Is there a point to Hong Kong’s pan-democrat camp? Only if it can unite and regain the veto power in Legco

Albert Cheng says having lost the power to block government bills in the Legislative Council, the pan-democrats must find a way to convince the public they are still relevant. First, they must apologise for their mistakes

PUBLISHED : Friday, 27 July, 2018, 5:00am
UPDATED : Friday, 27 July, 2018, 6:11am

The democracy campaign in Hong Kong has arguably come to a standstill. Ever since the failure of the last political reform, Hongkongers have gone silent on universal suffrage as they have lost faith in the unrealistic ideal.

Under the governance of Chief Executive Carrie Lam Cheng Yuet-ngor, who is absolutely submissive to the Beijing government, “Hong Kong people ruling Hong Kong” is apparently in name only. However, Lam must always be aware that one day she will also be abandoned when she is no longer of the use to the central government.

Now that the core political foundation of Hong Kong, “one country, two systems”, has been shaken, political reform will not be relaunched any time soon. It is time for the pro-democracy camp to rethink seriously and carefully about where the democracy campaign is going and how.

It has been 21 years since the handover, and although the pan-democrats have achieved nothing significant, the general public continues to support the camp so that the veto power in the Legislative Council is retained.

The political reform proposal has to be passed by a two-thirds majority of the members present; members’ motions and amendments of the Rules of Procedures have to be passed by a simple majority of members present.

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In such a council setting, as long as the pro-democracy camp secures 18 seats in the geographical constituencies, they can at least delay the deforming of the city’s political environment. Voters are discerning – at critical moments, they vote for any pan-democrat regardless of their political inclination.

In the 2016 Legislative Council election, the pro-democracy camp managed to survive some tough battles and retain its veto power. However, two foolish and improper young lawmakers, Sixtus Baggio Leung Chung-hang and Yau Wai-ching, triggered the disqualification saga which caused four other lawmakers to lose their seats.

That Hong Kong people still vote for the pro-democracy camp does not mean that they approve of the lawmakers’ ignorant and impulsive behaviour

The led to the pan-democrats losing the veto power, which is probably the last function the camp serves.

Yes, it is true that the government has been oppressing the opposition. But, if we take a step back, the pan-democrats are fully accountable for the current disadvantageous situation. Leung and Yau’s stupidity and ego let their supporters down. Some pan-democrats tried to stage political shows in the Legislative Council, but these backfired in the end.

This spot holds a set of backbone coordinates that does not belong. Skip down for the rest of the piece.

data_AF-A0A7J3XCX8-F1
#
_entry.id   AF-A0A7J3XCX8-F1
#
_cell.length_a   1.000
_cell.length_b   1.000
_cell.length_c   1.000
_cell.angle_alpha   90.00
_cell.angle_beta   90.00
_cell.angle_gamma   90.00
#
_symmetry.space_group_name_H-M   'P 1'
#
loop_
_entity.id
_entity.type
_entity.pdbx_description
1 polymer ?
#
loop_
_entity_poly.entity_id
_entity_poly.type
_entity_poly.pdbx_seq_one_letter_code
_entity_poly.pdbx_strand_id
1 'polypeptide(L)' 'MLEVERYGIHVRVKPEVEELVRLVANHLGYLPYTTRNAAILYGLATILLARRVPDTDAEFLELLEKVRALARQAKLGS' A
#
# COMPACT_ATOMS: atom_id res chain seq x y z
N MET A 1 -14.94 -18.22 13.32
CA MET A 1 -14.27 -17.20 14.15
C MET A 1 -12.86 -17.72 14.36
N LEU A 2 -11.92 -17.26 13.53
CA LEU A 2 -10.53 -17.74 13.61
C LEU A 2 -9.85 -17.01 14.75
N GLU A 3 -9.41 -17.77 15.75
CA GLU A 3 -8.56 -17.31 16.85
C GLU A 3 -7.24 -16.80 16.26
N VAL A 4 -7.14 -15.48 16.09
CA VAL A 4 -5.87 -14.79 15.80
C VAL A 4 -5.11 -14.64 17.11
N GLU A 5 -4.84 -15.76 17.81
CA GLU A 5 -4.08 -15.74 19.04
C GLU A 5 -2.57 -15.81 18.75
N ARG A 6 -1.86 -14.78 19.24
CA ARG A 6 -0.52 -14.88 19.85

That Hong Kong people still vote for the pro-democracy camp does not mean that they approve of the lawmakers’ ignorant and impulsive behaviour. Many of them reluctantly cast their votes for the camp only because they believe the veto power is the last battlefront that is worth defending.

No one should ever take voters’ support for granted. The defeat of Edward Yiu Chung-yim in the by-election in March was indeed alarming. If the pan-democrats fail to address their mistakes and inadequacy, eventually, Hong Kong people will turn their backs on them in the upcoming elections.

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In fact, voters are smart enough to realise that it is close to impossible to win back the veto power. With the first defeat of the pro-democracy camp in the last by-election, the Legislative Council has officially become a puppet statutory body. The Rules of Procedure have been amended to prohibit filibustering, and any government motions and bills can be passed in a split second without being challenged. It seems to a lot of Hong Kong people that the situation cannot be reversed.

People are drained and if the pro-democracy camp is incapable of mapping out a clear political vision, it would be difficult to retain voters’ support. Hence, in this upcoming by-election, the pan-democrats should aim to reignite hope among Hong Kong people and gather support to regain the veto power. This is not a political opportunity for individuals, but a full-scale battle that requires collective effort.

First things first, before any election campaigns commence, the pan-democrats should openly apologise for the mistakes they have made and the disappointment they have brought. This is the key to winning back people’s heart.

Albert Cheng King-hon is a political commentator. [email protected]